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Programmer Gives Up All The Money He Made Distributing Spyware

Doyle, Barlow & Mazard PLLC

On February 28, Nicholas C. Albert, an affiliate Webmaster who used the allure of “free” music downloads to spread malicious computer code, is settling FTC charges he violated federal law. The defendant, who was paid to distribute the code by the company that developed it, will give up all of his ill-gotten gains and is permanently bared him from interfering with consumers’ computer use, including distributing software code that tracks consumers’ Internet activity or collects other personal information, changes their preferred homepage or other browser settings, inserts new toolbars onto their browsers, installs dialer programs, inserts advertising hyperlinks into third-party Web pages, or installs other advertising software. He is also prohibited from making false or misleading representations; prohibited from distributing advertising software and spyware; and is required to perform substantial due diligence and monitoring if he is to participate in any affiliate program. Albert will also give up his ill-gotten gains – $3,300.

According to the FTC complaint, Albert was deceptive when he bundled Enternet Media’s malware with “free” music made available to bloggers and others at his Web sites: and Bloggers who selected a music file from Albert’s site also received a bundled piece of java script code that caused their blogs to display Enternet Media’s deceptive software installation boxes. Then, whenever a consumer landed on a blog that had downloaded files from Albert, the consumer would not only hear music, but would also see the pop-up.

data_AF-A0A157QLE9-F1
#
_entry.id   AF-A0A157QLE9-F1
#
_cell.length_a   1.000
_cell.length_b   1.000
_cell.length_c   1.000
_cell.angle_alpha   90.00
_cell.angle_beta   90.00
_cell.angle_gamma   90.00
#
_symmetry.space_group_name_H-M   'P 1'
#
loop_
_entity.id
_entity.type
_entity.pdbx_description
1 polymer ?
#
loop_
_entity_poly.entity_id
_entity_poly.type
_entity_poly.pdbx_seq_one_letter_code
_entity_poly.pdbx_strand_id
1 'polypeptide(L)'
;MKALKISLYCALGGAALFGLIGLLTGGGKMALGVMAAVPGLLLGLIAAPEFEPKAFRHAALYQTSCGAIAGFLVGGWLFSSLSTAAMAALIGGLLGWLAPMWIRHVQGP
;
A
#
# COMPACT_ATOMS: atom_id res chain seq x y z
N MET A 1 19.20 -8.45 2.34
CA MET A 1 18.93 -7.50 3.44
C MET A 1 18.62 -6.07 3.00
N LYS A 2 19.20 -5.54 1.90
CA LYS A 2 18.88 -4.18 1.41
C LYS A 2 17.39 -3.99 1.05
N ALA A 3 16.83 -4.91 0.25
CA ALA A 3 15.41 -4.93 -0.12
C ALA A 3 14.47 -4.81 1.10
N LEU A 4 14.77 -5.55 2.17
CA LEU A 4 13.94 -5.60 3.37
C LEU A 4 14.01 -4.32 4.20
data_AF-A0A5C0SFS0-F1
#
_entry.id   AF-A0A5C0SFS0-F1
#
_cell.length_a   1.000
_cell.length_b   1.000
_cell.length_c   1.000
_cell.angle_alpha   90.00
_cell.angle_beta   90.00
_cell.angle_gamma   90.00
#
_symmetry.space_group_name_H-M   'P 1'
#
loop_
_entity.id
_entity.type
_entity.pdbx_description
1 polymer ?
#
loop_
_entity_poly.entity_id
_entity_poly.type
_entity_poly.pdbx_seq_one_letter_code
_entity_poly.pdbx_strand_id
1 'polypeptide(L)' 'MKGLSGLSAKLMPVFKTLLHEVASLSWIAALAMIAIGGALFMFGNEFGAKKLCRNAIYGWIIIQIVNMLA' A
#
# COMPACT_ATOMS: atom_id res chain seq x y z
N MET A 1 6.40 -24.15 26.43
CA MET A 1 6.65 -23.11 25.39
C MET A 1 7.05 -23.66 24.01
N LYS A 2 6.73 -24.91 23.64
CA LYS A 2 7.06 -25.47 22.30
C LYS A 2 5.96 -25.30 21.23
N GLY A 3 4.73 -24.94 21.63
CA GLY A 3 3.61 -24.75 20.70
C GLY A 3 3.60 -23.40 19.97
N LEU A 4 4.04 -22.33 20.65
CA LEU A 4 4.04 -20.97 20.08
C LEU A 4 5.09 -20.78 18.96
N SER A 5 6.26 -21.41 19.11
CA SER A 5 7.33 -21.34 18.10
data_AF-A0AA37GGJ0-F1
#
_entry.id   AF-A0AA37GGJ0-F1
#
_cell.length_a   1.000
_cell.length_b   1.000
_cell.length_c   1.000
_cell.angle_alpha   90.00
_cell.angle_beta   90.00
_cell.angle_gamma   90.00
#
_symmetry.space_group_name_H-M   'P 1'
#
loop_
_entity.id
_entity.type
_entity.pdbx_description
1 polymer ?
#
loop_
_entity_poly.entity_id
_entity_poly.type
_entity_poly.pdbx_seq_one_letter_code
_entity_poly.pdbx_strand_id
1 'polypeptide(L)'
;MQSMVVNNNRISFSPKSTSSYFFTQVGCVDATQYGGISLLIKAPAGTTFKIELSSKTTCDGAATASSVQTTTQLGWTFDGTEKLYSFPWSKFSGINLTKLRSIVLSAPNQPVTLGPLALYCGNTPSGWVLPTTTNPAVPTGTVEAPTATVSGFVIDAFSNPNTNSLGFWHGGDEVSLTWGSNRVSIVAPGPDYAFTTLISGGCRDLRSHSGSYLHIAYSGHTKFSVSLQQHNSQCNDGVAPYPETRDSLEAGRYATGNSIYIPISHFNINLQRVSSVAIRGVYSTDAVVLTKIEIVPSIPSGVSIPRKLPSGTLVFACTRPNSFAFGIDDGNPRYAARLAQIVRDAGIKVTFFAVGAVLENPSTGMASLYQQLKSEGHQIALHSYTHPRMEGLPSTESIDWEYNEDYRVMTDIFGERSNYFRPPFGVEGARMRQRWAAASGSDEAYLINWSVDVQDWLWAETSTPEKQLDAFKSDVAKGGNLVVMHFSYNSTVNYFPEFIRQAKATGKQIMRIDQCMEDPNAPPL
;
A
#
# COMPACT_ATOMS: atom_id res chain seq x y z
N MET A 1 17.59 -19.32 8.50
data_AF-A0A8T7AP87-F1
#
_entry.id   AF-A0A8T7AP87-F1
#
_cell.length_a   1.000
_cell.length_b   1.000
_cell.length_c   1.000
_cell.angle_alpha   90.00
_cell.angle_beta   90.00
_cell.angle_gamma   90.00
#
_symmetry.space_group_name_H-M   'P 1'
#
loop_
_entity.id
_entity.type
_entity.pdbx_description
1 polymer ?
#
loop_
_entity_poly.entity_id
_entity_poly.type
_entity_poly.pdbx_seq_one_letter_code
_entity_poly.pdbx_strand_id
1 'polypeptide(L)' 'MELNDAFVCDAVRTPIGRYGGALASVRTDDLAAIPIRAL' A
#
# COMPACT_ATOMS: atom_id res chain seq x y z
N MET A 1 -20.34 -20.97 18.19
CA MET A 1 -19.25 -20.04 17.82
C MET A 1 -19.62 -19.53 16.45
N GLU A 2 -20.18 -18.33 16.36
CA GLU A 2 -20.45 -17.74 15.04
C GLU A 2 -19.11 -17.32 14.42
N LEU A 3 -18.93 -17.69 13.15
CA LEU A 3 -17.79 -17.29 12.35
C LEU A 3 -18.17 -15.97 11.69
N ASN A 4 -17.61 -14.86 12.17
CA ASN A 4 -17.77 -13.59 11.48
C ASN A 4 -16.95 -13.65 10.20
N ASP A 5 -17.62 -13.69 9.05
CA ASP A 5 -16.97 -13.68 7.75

Enernet Media’s code would automatically install when the consumers downloaded the offer for free browser upgrades. The FTC alleged that the code interfered with the functioning of the computer, and was difficult for consumers to uninstall or remove. In addition, the code tracked consumers’ Internet activity, changed their home page settings, inserted new toolbars onto their browsers, inserted a large side “frame” or “window” onto browser windows that in turn displayed ads, and displayed pop-up ads, even when consumers’ Internet browsers were not activated.

The FTC vote to authorize staff to file the stipulated final order was 5-0.

Camelia Mazard
(202) 589-1834

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